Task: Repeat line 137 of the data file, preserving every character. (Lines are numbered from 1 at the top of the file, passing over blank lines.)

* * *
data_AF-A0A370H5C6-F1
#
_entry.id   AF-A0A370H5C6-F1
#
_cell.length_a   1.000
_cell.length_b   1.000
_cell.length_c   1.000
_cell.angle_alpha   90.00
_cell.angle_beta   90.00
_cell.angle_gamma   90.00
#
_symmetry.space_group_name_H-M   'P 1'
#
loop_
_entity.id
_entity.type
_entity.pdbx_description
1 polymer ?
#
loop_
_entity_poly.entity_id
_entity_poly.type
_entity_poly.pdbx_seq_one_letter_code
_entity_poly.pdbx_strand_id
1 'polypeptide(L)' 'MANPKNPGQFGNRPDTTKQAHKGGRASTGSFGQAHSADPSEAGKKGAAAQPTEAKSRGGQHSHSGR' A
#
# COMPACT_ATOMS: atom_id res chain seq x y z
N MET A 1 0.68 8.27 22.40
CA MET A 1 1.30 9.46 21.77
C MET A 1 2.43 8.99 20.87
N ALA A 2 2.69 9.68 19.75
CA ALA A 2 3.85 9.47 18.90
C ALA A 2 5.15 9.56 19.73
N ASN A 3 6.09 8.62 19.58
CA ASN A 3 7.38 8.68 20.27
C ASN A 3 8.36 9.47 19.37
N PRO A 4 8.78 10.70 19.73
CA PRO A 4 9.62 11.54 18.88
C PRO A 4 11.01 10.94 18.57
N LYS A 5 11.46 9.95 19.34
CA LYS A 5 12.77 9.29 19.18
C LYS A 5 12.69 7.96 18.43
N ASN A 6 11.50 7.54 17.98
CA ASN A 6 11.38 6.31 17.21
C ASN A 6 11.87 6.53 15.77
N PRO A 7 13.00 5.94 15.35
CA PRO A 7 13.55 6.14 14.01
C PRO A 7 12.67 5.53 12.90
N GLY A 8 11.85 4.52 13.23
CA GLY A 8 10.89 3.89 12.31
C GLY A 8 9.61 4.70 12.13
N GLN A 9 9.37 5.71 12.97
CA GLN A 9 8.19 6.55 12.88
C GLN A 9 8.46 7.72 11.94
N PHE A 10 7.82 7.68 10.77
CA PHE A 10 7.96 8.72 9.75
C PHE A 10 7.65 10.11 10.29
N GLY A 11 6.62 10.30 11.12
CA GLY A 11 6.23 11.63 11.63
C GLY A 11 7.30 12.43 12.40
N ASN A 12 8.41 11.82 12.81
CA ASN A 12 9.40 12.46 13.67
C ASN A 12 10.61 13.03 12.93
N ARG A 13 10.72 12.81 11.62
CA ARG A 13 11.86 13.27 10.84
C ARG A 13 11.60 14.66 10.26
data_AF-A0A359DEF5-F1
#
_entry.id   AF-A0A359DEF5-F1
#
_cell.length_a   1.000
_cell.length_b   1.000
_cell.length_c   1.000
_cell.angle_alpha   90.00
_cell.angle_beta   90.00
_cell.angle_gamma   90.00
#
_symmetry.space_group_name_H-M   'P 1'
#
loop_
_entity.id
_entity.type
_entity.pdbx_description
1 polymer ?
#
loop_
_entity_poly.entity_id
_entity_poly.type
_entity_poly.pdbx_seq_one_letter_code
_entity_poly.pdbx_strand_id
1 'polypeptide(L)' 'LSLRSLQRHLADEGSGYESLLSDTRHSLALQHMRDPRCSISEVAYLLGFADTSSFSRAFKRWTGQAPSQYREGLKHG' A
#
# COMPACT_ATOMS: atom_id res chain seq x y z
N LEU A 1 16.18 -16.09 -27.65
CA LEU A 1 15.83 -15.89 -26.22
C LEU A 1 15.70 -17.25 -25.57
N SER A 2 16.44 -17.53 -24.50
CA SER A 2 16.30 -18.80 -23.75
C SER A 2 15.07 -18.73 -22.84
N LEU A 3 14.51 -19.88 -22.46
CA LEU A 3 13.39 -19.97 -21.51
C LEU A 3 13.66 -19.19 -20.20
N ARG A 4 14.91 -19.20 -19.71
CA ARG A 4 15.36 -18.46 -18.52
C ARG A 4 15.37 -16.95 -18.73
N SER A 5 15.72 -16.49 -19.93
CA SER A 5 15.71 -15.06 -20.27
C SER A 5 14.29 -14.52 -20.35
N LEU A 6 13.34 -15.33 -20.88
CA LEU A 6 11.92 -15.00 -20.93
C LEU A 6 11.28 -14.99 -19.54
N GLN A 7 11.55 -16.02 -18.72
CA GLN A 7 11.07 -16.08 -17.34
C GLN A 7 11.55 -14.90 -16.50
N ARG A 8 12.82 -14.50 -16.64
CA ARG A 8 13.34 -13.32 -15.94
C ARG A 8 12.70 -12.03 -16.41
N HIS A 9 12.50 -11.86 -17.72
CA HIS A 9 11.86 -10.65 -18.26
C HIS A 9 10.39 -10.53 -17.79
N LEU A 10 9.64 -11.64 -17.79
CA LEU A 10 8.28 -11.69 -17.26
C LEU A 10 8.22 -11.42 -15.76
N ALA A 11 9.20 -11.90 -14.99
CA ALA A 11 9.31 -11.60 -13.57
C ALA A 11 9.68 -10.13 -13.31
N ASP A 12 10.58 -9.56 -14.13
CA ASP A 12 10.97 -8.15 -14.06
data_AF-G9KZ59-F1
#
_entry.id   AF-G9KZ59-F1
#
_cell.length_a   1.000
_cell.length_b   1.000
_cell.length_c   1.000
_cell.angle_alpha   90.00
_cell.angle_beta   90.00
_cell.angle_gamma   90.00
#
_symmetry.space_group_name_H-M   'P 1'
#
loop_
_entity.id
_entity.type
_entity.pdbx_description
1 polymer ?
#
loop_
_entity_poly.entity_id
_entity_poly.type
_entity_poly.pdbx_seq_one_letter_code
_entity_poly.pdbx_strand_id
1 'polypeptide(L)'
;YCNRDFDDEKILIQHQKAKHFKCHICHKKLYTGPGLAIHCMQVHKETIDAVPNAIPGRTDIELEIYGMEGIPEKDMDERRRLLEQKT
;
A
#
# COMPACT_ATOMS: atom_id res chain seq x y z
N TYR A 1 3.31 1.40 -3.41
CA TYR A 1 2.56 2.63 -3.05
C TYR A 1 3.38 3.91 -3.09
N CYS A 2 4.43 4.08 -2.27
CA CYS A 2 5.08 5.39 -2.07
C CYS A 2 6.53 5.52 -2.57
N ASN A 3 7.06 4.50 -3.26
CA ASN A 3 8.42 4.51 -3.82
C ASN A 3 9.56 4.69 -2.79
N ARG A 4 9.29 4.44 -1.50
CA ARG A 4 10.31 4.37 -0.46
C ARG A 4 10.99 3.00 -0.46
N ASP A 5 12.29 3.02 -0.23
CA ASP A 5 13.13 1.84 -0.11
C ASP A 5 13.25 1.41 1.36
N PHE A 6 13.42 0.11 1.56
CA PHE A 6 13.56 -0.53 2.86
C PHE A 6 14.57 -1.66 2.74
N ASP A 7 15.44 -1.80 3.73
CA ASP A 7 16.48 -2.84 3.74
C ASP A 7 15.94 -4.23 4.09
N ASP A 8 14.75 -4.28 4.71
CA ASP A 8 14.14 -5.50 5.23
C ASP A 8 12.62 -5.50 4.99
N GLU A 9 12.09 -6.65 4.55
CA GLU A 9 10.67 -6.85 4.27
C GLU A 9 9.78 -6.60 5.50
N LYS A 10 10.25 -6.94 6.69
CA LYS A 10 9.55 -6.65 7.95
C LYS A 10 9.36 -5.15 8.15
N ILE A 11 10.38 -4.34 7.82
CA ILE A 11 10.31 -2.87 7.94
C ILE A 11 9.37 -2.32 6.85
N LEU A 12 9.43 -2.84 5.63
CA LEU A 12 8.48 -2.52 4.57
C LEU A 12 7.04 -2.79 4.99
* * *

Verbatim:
_cell.angle_beta   90.00